The broth that bubbles over with vitamins, minerals, amino acids, and collagen.
Foodies have been raging about the nutrient-dense, flavor-forward bone broth. Here's why you should always have some bone broth on hand and how to make it from scratch!
Bone broth is as simple as it sounds. It's the broth made from animal bones, such as chicken, pork, beef, and turkey. Next time you roast a whole chicken, don't throw the bones away! Keep them and prepare the recipe below.
You can pour the broth into a mug and sip it straight, or use it in as many ways as you would use chicken broth. The recipe below is a mix of both. I added a lemon wedge and a few parsley sprigs for a little extra zing. It's meant to be sipped as is! But, if you'd like to leave the lemon and parsley out, you can sub this bone broth in for chicken broth in your next soup, gravy, or sauce-making endeavor.
Once you finish creating this delicious broth, store it in the fridge for a couple of days or in the freezer for up to two months. When freezing, make sure to leave extra room in the jar to allow the broth to expand. You also might notice that the broth gelatinizes after it's refrigerated. That's normal—it's just the collagen! Upon reheating it, the broth will liquify once again.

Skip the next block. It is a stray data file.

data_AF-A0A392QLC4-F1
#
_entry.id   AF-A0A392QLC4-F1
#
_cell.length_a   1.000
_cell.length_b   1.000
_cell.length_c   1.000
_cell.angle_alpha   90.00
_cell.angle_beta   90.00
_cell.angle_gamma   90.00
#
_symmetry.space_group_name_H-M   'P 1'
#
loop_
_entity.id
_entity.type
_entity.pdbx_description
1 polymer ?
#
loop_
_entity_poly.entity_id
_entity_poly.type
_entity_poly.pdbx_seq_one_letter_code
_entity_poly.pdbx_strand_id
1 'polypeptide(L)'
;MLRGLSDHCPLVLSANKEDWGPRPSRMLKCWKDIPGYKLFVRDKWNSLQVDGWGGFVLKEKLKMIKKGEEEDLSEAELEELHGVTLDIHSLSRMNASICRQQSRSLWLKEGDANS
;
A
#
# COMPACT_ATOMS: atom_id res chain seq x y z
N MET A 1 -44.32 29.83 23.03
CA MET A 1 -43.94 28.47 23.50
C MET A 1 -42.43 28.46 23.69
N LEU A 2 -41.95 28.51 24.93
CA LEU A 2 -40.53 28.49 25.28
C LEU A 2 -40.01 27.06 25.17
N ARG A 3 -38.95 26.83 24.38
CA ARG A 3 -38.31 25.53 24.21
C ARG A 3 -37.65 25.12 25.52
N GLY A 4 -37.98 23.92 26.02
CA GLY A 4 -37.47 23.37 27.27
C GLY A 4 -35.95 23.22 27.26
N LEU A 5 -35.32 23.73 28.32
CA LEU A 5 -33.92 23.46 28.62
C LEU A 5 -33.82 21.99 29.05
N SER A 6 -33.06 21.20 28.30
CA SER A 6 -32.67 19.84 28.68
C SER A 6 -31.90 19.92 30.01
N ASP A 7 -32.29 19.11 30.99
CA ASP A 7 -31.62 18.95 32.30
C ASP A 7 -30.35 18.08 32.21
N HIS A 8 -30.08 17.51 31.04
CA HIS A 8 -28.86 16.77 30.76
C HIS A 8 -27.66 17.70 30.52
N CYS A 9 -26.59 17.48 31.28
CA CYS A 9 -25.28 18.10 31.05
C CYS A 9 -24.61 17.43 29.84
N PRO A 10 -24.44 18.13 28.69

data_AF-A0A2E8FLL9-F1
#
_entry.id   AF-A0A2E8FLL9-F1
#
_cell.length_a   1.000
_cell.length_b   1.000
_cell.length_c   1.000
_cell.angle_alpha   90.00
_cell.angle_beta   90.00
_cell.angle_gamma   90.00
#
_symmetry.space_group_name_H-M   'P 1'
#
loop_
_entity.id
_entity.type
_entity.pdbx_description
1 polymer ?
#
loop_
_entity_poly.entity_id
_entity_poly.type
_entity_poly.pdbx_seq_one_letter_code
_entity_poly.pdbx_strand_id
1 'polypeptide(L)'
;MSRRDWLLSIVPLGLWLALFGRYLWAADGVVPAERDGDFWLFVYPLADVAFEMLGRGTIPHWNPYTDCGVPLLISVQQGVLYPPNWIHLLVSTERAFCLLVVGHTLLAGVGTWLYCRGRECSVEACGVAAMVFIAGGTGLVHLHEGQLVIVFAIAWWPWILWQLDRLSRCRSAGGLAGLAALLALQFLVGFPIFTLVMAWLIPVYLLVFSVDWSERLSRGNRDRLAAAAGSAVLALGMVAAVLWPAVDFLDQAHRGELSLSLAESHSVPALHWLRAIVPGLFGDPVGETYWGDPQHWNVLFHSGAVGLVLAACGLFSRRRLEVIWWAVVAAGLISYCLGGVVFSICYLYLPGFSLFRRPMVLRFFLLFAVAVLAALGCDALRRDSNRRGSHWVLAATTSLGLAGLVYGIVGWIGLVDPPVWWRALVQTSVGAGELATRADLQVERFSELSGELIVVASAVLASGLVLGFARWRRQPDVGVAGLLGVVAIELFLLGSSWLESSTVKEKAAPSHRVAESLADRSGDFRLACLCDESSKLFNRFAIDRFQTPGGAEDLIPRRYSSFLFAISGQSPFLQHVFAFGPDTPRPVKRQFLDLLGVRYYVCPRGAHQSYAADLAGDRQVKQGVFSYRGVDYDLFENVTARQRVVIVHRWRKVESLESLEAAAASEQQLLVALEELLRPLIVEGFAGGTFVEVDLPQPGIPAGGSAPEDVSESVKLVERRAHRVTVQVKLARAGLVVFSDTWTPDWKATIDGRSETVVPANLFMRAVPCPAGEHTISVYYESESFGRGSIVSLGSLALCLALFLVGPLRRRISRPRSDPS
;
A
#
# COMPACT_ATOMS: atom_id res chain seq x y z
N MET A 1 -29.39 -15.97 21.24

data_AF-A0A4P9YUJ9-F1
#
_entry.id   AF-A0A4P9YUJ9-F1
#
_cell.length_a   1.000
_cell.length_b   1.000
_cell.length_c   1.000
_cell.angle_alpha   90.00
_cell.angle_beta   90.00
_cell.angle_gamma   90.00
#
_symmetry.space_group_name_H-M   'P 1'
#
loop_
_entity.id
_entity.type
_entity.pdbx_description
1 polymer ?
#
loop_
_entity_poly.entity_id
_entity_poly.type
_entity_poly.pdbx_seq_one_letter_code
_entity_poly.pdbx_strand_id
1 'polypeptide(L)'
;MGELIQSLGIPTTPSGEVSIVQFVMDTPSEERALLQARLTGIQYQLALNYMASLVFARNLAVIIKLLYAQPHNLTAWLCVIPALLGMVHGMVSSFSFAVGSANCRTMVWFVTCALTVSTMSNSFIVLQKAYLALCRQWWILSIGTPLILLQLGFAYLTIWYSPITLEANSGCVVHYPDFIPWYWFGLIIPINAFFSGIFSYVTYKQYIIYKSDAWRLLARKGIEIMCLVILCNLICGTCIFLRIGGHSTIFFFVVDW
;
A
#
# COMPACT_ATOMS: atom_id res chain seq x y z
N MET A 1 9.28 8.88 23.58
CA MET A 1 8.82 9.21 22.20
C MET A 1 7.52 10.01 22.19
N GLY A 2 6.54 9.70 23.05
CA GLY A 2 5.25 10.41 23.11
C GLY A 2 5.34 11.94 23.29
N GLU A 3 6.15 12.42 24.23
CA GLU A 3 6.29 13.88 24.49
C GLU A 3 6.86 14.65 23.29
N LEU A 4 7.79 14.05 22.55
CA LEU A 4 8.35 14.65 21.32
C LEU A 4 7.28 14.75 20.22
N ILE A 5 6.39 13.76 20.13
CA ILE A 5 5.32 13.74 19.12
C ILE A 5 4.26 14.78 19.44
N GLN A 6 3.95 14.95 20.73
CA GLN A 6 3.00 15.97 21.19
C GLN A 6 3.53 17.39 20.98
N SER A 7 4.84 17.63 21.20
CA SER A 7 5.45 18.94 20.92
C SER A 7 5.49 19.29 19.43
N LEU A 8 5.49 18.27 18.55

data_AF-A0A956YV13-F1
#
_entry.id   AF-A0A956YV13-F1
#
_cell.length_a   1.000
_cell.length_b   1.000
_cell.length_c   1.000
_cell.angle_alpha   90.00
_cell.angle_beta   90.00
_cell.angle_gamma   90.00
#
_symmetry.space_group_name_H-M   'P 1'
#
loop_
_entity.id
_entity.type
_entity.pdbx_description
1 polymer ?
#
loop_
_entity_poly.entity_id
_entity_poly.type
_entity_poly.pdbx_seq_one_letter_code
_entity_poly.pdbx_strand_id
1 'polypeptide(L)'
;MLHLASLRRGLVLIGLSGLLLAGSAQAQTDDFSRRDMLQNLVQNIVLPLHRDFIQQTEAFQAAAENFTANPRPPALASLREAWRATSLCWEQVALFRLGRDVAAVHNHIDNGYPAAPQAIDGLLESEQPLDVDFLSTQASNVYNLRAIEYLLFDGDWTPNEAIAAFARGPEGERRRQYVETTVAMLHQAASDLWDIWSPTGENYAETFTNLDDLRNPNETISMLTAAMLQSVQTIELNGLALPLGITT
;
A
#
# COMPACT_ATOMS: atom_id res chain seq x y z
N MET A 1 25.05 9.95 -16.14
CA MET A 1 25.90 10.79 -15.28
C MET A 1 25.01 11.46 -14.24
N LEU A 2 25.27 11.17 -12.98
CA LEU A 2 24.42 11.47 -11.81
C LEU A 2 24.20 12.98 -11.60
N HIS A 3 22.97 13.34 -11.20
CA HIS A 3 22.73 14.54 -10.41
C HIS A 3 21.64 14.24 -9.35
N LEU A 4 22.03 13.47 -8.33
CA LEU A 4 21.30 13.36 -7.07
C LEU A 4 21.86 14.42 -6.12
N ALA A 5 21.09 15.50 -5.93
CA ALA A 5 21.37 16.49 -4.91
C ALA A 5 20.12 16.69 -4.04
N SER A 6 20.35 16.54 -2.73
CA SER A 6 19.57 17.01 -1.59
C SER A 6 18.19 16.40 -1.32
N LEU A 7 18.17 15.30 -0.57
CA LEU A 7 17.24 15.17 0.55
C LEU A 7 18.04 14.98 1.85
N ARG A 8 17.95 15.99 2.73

Studies suggest that bone broth can help ease joint pain, digestion issues, inflammation, and sleep trouble.
As you simmer the bones for several hours, you will extract the many nutrients from the bone marrow. Your broth will bubble over with vitamins, minerals, amino acids, and collagen. It's important to use different bones and connective tissues to make sure that you receive as many trace minerals and nutrients as possible. Adding apple cider vinegar into your recipe will also help break down and extract more protein and collagen from the connective tissues.
- bones from 1 chicken
- 12 cups filtered water
- 2 Tbsp. apple cider vinegar
- 1 tsp. salt
- 1 tsp. pepper
- 1 lemon, sliced into wedges (optional)
- a handful of parsley (optional)
1. Place the bones from a whole chicken into a large soup pot or Dutch oven.
2. Fill the pot with water until the bones are fully covered (should be about 12 cups).
3. Next, add the salt, pepper, and apple cider vinegar into the pot.
4. Once you have brought the broth to a boil, reduce the heat to simmer, cover, and cook for 12 hours. This will reduce the broth down to about 8 cups of robust flavor.
5. After the 12 hours, strain the bones out of the broth and serve immediately with a squeeze of lemon and a few sprigs of parsley.